Archive for April 2014


Trauma to Baby Teeth
Due to the active nature of children, trauma to the primary teeth (baby teeth) is very common. Most accidents to your child's baby teeth look bad, but may not require immediate attention. Swelling is to be expected and may look worse 12-24 hours after the injury. 

  • Tooth is knocked out  
    Clinical signs: The whole baby tooth is gone from its socket.
    Treatment: Control bleeding with firm pressure from a cloth. Locate the tooth and save for visual inspection by your child’s dentist.  Place the tooth in milk and contact us as soon as possible. Provide over-the-counter pain medicine and soft diet as needed. Contact us for evaluation.

  • Tooth is gray or brown in color
    Clinical signs: Tooth appears darker in color. Up to 70% of injured baby teeth can darken. A dark baby tooth does not always require treatment. These teeth are at a higher risk for dental abscess (infection).
    Treatment: Over-the-counter pain medicine if pain is associated with the discoloration.  Clinical examination and x-ray by us to evaluate for a dental abscess.

  • Tooth hit but not loose
    Clinical signs: These teeth will sometimes exhibit some bleeding along the gum line but no real mobility of the tooth. These teeth will often be sore for 1-3 days but have a very good prognosis. Discoloration may be noted at any time after the trauma. 
    Treatment: Soft diet and over the counter pain medicine (Tylenol) are indicated for initial treatment. Contact us for an evaluation.

  • Tooth hit and loose
    Clinical signs: These teeth will usually exhibit bleeding and bruising of the gum tissue but appear to be in proper position. They may “wiggle” back and forth or side to side. These teeth will often be sore for several days and have a guarded prognosis. Usually they will tighten back to normal in 1-2 weeks. Discoloration may be noted at any time after the trauma and is fairly common with this type of trauma.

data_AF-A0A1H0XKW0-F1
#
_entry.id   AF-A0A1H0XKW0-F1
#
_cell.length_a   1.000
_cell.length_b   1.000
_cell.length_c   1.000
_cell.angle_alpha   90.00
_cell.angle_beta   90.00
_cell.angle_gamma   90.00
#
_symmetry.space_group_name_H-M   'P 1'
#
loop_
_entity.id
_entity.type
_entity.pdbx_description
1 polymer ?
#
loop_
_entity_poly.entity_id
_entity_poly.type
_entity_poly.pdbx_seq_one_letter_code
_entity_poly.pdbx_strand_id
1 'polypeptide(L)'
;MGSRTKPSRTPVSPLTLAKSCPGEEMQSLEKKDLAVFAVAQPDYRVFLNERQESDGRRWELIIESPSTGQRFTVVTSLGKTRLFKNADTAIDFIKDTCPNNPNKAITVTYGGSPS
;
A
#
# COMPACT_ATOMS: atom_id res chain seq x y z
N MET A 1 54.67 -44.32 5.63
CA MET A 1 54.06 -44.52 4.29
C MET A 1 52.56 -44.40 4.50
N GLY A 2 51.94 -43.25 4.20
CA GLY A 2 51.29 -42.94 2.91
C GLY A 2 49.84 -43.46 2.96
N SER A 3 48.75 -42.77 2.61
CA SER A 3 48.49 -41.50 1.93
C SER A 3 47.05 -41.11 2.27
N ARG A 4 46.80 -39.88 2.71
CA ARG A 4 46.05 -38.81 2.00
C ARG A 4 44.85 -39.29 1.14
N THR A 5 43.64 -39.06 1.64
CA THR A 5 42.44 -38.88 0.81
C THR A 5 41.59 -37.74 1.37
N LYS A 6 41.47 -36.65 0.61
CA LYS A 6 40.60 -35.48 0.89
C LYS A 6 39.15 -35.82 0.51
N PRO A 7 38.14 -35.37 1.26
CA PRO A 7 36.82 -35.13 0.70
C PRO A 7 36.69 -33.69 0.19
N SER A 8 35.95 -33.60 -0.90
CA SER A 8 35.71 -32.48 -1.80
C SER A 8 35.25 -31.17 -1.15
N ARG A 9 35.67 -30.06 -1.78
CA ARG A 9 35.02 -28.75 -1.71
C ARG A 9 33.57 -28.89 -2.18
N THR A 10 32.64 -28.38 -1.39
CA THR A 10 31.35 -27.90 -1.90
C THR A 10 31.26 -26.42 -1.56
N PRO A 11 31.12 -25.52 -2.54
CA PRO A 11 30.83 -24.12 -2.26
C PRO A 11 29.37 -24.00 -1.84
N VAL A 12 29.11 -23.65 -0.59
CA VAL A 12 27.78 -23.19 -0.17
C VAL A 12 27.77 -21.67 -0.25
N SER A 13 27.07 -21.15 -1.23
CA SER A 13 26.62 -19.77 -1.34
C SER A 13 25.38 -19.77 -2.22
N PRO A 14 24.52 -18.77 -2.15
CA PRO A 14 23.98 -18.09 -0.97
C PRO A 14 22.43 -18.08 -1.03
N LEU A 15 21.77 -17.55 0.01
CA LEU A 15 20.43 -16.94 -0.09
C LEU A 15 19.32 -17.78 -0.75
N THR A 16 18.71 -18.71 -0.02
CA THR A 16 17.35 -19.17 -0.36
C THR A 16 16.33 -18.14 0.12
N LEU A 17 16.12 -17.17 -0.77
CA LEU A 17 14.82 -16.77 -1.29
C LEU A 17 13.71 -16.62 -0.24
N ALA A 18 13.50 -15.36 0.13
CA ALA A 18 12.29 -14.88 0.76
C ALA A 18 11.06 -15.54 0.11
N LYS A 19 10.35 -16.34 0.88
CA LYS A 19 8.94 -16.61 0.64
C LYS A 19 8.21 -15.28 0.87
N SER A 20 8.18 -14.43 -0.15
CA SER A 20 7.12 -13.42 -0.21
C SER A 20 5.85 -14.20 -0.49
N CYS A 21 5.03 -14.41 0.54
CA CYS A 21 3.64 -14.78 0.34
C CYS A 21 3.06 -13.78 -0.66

Treatment: Minimize movement as soon as possible. Check to see if your child can close his teeth together normally. Firm pressure from a washcloth to control bleeding of the gum tissue, soft diet, and over the counter pain medications are indicated as needed. Contact us for an evaluation.

Fluoride

April 03, 2014 | Posted Cavity Prevention | 1 - Comment



Fluoride is a compound that contains fluorine, a natural element.  Using small amounts of fluoride on a routine basis helps prevent tooth decay.  Fluoride makes your teeth less disolvable in acid.  Fluoride encourages "remineralization," a strengthening of weakened areas of tooth enamel. 

Fluoride can occur naturally in water but is often added to community water supplies.  It is found in many different foods and in dental products such as toothpaste, mouth rinses, gels, and varnish.  Fluoride is most effective when combined with a healthy diet and good oral hygiene.   

Fun Facts!

1. Systemic fluoride has been shown to reduce caries between 50 to 70 percent. 

2.  Water fluoridation is still the No. 1 cost effective way to prevent tooth decay.  However, 30 percent of communities in the United States do not have fluoride in their public sources of water. 

3.  Children aged 6 months to 16 years may need fluoride supplements if they drink water that is not optimally fluoridated.  The pediatric dentist considers many different factors before recommending a fluoride supplement.  Your child's age, risk of developing dental decay and the different liquids your child drinks are important considerations.  Bottled, fliter, and well waters vary in their fluoride amount, so a water analysis may be necessary to ensure your child is receiving the proper amount.

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